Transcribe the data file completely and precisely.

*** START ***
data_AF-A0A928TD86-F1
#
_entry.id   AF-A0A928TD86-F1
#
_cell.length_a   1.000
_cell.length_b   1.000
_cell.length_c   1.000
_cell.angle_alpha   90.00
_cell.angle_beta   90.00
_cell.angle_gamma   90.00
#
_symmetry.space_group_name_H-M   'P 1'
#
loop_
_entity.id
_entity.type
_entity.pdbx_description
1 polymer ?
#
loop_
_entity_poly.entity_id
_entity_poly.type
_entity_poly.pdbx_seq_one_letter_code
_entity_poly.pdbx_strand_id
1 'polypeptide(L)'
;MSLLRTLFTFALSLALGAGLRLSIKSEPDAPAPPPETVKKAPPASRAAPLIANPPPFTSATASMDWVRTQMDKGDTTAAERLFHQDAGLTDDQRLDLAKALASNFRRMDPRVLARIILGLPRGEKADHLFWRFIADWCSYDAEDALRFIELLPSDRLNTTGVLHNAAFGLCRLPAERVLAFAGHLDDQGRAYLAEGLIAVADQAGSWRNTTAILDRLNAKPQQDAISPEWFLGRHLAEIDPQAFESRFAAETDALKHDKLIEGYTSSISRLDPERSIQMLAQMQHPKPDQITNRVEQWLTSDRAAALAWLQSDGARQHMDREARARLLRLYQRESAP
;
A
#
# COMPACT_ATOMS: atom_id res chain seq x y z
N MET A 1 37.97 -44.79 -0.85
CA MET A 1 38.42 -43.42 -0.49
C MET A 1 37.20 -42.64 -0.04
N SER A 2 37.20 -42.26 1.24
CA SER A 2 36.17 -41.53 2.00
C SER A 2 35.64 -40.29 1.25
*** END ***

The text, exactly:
data_AF-A0A928TD86-F1
#
_entry.id   AF-A0A928TD86-F1
#
_cell.length_a   1.000
_cell.length_b   1.000
_cell.length_c   1.000
_cell.angle_alpha   90.00
_cell.angle_beta   90.00
_cell.angle_gamma   90.00
#
_symmetry.space_group_name_H-M   'P 1'
#
loop_
_entity.id
_entity.type
_entity.pdbx_description
1 polymer ?
#
loop_
_entity_poly.entity_id
_entity_poly.type
_entity_poly.pdbx_seq_one_letter_code
_entity_poly.pdbx_strand_id
1 'polypeptide(L)'
;MSLLRTLFTFALSLALGAGLRLSIKSEPDAPAPPPETVKKAPPASRAAPLIANPPPFTSATASMDWVRTQMDKGDTTAAERLFHQDAGLTDDQRLDLAKALASNFRRMDPRVLARIILGLPRGEKADHLFWRFIADWCSYDAEDALRFIELLPSDRLNTTGVLHNAAFGLCRLPAERVLAFAGHLDDQGRAYLAEGLIAVADQAGSWRNTTAILDRLNAKPQQDAISPEWFLGRHLAEIDPQAFESRFAAETDALKHDKLIEGYTSSISRLDPERSIQMLAQMQHPKPDQITNRVEQWLTSDRAAALAWLQSDGARQHMDREARARLLRLYQRESAP
;
A
#
# COMPACT_ATOMS: atom_id res chain seq x y z
N MET A 1 37.97 -44.79 -0.85
CA MET A 1 38.42 -43.42 -0.49
C MET A 1 37.20 -42.64 -0.04
N SER A 2 37.20 -42.26 1.24
CA SER A 2 36.17 -41.53 2.00
C SER A 2 35.64 -40.29 1.25